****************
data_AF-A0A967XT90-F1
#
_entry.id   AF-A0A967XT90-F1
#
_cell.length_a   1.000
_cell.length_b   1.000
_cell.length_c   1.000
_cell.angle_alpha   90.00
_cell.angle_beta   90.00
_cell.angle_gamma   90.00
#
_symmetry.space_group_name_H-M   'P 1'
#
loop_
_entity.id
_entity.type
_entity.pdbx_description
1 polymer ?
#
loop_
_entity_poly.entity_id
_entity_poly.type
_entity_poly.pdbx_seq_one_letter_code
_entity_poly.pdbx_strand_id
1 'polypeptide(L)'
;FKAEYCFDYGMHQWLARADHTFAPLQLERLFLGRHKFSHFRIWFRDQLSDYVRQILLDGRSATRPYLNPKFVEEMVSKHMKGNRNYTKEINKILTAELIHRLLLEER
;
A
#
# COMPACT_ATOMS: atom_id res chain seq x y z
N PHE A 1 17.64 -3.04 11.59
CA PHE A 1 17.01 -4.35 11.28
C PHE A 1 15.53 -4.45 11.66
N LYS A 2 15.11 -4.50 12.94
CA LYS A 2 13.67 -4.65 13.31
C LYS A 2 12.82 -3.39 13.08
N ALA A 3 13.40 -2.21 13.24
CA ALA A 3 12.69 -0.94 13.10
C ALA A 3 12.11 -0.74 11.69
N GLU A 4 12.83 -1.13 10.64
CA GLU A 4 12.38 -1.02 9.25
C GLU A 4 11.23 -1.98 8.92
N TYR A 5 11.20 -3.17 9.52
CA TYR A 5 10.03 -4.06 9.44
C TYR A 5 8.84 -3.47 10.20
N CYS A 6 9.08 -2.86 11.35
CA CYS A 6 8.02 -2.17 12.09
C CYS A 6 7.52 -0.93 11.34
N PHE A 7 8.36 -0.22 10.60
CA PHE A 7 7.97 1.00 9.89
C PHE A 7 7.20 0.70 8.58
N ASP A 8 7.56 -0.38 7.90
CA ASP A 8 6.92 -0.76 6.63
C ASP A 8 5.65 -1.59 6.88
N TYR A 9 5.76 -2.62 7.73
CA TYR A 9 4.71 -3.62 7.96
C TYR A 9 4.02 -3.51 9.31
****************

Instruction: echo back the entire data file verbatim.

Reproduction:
data_AF-A0A967XT90-F1
#
_entry.id   AF-A0A967XT90-F1
#
_cell.length_a   1.000
_cell.length_b   1.000
_cell.length_c   1.000
_cell.angle_alpha   90.00
_cell.angle_beta   90.00
_cell.angle_gamma   90.00
#
_symmetry.space_group_name_H-M   'P 1'
#
loop_
_entity.id
_entity.type
_entity.pdbx_description
1 polymer ?
#
loop_
_entity_poly.entity_id
_entity_poly.type
_entity_poly.pdbx_seq_one_letter_code
_entity_poly.pdbx_strand_id
1 'polypeptide(L)'
;FKAEYCFDYGMHQWLARADHTFAPLQLERLFLGRHKFSHFRIWFRDQLSDYVRQILLDGRSATRPYLNPKFVEEMVSKHMKGNRNYTKEINKILTAELIHRLLLEER
;
A
#
# COMPACT_ATOMS: atom_id res chain seq x y z
N PHE A 1 17.64 -3.04 11.59
CA PHE A 1 17.01 -4.35 11.28
C PHE A 1 15.53 -4.45 11.66
N LYS A 2 15.11 -4.50 12.94
CA LYS A 2 13.67 -4.65 13.31
C LYS A 2 12.82 -3.39 13.08
N ALA A 3 13.40 -2.21 13.24
CA ALA A 3 12.69 -0.94 13.10
C ALA A 3 12.11 -0.74 11.69
N GLU A 4 12.83 -1.13 10.64
CA GLU A 4 12.38 -1.02 9.25
C GLU A 4 11.23 -1.98 8.92
N TYR A 5 11.20 -3.17 9.52
CA TYR A 5 10.03 -4.06 9.44
C TYR A 5 8.84 -3.47 10.20
N CYS A 6 9.08 -2.86 11.35
CA CYS A 6 8.02 -2.17 12.09
C CYS A 6 7.52 -0.93 11.34
N PHE A 7 8.36 -0.22 10.60
CA PHE A 7 7.97 1.00 9.89
C PHE A 7 7.20 0.70 8.58
N ASP A 8 7.56 -0.38 7.90
CA ASP A 8 6.92 -0.76 6.63
C ASP A 8 5.65 -1.59 6.88
N TYR A 9 5.76 -2.62 7.73
CA TYR A 9 4.71 -3.62 7.96
C TYR A 9 4.02 -3.51 9.31